And your phone will ring. Bluetooth does not need to be on, as it does with the Trackr skill that Amazon advertises for finding your phone. The IFTTT recipe doesn’t require installing any additional apps. Plus, just for fun, you can have that 415 number leave any voice message you want. The default is a machine-read, “Hey, it’s your phone. You found me.”
Note: Available in the U.S. only. I like the simplicity of this skill. However, if your phone is lost outside hearing range, the Trackr skill is more detailed and can tell you where it was last seen (address included). That’s nice for finding a truly lost phone.
Find out what time it is.
You say: “Alexa, time.”
Use this anytime, especially while you’re in bed. It prevents you from having to move, which can awaken your body. Most importantly, it removes the need to open your eyes and look at your phone or a clock, which wakes up your brain due to the light. Studies have shown that seeing the time on alarm clock or phone can worsen insomnia and anxiety about getting adequate sleep.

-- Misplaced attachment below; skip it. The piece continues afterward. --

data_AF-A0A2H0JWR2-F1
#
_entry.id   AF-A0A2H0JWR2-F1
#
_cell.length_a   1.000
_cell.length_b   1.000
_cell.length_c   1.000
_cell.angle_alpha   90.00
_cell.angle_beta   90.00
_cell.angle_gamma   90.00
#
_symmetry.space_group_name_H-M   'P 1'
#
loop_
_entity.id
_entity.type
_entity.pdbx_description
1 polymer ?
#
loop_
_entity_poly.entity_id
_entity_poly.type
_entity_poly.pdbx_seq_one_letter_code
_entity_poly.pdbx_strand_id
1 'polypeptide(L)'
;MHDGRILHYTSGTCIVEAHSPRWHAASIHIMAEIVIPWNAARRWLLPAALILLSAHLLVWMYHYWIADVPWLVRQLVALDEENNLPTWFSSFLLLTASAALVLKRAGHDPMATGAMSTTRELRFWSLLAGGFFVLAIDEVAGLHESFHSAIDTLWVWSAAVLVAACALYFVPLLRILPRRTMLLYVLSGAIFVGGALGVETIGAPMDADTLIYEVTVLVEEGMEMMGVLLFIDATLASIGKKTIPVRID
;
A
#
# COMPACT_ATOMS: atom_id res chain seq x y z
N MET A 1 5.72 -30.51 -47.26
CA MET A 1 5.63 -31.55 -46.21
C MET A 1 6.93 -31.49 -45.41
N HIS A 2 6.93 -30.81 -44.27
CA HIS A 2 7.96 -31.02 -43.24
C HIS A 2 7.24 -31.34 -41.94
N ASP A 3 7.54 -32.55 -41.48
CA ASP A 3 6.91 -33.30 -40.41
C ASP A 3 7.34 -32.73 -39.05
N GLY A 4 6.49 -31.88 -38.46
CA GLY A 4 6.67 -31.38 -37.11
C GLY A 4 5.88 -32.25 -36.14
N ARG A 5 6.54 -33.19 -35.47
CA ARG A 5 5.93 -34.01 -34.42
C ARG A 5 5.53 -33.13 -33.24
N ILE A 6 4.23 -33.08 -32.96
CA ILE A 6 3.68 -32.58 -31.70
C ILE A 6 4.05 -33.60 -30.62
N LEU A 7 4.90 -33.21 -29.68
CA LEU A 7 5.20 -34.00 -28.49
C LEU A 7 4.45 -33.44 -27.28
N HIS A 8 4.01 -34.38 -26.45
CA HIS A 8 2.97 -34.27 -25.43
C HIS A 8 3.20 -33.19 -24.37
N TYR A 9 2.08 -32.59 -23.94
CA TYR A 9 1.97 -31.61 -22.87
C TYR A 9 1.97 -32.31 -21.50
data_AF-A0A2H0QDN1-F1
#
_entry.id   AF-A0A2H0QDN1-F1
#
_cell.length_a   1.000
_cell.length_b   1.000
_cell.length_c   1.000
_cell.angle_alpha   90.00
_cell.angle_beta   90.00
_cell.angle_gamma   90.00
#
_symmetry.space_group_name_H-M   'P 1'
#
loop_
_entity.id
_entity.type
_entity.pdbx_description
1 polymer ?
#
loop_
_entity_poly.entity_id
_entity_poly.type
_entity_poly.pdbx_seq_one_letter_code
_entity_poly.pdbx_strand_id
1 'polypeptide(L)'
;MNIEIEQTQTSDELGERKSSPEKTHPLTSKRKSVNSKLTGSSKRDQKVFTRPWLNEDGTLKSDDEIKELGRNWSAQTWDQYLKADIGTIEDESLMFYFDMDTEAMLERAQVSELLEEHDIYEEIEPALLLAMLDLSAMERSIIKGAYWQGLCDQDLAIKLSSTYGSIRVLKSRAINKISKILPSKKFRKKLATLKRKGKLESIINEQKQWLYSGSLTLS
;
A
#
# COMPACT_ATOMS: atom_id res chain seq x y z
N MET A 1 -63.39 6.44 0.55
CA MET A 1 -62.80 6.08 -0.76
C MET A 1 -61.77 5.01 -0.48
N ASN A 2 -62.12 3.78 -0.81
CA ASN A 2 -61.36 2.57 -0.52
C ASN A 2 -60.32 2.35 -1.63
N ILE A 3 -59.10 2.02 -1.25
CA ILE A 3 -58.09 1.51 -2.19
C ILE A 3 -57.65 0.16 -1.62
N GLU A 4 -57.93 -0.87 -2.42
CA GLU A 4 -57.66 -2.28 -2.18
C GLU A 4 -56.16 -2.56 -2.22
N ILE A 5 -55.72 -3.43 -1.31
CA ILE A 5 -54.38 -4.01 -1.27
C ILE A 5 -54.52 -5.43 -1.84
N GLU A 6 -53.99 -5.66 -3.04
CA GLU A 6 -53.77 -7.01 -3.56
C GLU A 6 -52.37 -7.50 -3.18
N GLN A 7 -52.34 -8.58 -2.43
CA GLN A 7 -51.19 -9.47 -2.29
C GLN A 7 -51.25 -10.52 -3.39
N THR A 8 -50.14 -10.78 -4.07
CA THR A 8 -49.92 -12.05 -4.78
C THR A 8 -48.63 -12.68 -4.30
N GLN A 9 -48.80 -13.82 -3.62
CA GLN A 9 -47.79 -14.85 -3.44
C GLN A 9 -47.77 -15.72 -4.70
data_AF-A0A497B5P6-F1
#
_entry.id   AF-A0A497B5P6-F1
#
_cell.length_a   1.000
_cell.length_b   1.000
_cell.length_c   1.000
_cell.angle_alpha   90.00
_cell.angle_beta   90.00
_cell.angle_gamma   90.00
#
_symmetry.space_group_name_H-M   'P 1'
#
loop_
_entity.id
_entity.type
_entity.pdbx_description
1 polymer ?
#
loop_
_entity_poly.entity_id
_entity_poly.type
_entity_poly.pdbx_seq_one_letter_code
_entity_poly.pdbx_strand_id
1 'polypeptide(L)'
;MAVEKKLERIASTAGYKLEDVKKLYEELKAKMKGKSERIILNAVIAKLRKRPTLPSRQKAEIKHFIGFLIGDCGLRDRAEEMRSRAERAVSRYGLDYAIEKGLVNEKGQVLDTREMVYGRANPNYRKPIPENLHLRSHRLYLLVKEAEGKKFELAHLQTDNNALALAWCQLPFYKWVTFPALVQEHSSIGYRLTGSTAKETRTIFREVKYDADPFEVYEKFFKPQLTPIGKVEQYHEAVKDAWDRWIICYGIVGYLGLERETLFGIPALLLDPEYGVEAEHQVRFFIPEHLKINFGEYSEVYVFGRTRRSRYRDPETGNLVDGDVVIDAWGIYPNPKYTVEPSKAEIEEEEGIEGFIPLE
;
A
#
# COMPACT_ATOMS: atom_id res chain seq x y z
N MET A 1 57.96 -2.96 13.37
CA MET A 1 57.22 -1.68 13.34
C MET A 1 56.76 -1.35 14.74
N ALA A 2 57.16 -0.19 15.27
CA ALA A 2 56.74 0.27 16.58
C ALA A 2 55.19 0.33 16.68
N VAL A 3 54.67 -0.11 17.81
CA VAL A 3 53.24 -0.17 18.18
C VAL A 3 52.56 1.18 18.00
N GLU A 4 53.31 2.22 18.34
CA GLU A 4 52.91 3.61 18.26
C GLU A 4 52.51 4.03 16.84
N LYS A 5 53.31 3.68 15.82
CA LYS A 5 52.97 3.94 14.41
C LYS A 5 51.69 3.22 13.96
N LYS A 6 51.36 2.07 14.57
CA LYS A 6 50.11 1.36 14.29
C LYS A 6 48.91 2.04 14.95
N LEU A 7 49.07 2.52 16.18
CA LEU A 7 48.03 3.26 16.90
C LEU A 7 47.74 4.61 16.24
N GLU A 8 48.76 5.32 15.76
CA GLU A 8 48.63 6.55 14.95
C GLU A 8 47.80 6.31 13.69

You’ll hear ambient nature sounds. It’s relaxing. Good to play when getting ready for bed. Further, if you have Spotify, I recommend this skill for yoga, meditation, stretching before bed, or general soothing sounds:
You say: “Alexa, play meditation music from Spotify.”
Set reminders for anything.
From leaving the house to calling someone back to packing a lunch to putting clothes in the dryer to soaking black beans – sky’s the limit.
You say: “Alexa, remind me to ___________ at 2:15PM.”
The reminder will be audible from your Echo and also can appear on your phone if you’ve turned on notifications. I like this feature in case I’m not home.
I’m a fan of Amazon’s voice assistant, obviously. If you’re going to buy an Echo, please click through one of my links in this post. It chips in a few dimes to pay for my web hosting and my valuable hours spent arguing with Bluehost. Thanks 🙂
We discussed whether brands should still try to be their customers’ friends – which I think about daily. Gossage says no and you know I love me some simple Fina copy. But my favorite topic was at the end: social media and children – (Facebook’s new messenger app for children under 13). Yikes, right. I was the strongly anti-FB voice. More on why later.